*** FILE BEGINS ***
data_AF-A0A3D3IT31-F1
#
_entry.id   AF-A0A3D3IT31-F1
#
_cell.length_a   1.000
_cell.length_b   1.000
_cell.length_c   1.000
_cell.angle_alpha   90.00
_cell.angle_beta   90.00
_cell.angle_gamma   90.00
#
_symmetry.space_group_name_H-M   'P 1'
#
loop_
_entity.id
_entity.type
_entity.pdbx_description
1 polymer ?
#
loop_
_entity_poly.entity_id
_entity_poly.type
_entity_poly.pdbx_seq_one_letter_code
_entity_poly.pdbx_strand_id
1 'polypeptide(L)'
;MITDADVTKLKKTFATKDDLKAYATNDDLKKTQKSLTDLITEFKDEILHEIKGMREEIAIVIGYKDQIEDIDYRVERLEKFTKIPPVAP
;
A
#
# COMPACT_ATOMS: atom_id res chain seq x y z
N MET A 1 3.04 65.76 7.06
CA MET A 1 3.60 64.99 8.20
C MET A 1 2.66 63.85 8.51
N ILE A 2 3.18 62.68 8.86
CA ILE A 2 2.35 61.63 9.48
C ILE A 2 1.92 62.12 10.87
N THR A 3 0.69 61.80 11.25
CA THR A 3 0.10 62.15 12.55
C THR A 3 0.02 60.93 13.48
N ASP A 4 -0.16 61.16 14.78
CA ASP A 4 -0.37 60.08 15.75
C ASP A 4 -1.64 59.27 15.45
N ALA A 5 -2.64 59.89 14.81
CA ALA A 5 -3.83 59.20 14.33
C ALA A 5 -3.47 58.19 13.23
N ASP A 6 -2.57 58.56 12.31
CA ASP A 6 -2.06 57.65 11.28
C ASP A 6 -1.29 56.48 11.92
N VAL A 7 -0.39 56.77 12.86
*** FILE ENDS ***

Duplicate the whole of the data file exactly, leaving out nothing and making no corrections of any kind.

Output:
data_AF-A0A3D3IT31-F1
#
_entry.id   AF-A0A3D3IT31-F1
#
_cell.length_a   1.000
_cell.length_b   1.000
_cell.length_c   1.000
_cell.angle_alpha   90.00
_cell.angle_beta   90.00
_cell.angle_gamma   90.00
#
_symmetry.space_group_name_H-M   'P 1'
#
loop_
_entity.id
_entity.type
_entity.pdbx_description
1 polymer ?
#
loop_
_entity_poly.entity_id
_entity_poly.type
_entity_poly.pdbx_seq_one_letter_code
_entity_poly.pdbx_strand_id
1 'polypeptide(L)'
;MITDADVTKLKKTFATKDDLKAYATNDDLKKTQKSLTDLITEFKDEILHEIKGMREEIAIVIGYKDQIEDIDYRVERLEKFTKIPPVAP
;
A
#
# COMPACT_ATOMS: atom_id res chain seq x y z
N MET A 1 3.04 65.76 7.06
CA MET A 1 3.60 64.99 8.20
C MET A 1 2.66 63.85 8.51
N ILE A 2 3.18 62.68 8.86
CA ILE A 2 2.35 61.63 9.48
C ILE A 2 1.92 62.12 10.87
N THR A 3 0.69 61.80 11.25
CA THR A 3 0.10 62.15 12.55
C THR A 3 0.02 60.93 13.48
N ASP A 4 -0.16 61.16 14.78
CA ASP A 4 -0.37 60.08 15.75
C ASP A 4 -1.64 59.27 15.45
N ALA A 5 -2.64 59.89 14.81
CA ALA A 5 -3.83 59.20 14.33
C ALA A 5 -3.47 58.19 13.23
N ASP A 6 -2.57 58.56 12.31
CA ASP A 6 -2.06 57.65 11.28
C ASP A 6 -1.29 56.48 11.92
N VAL A 7 -0.39 56.77 12.86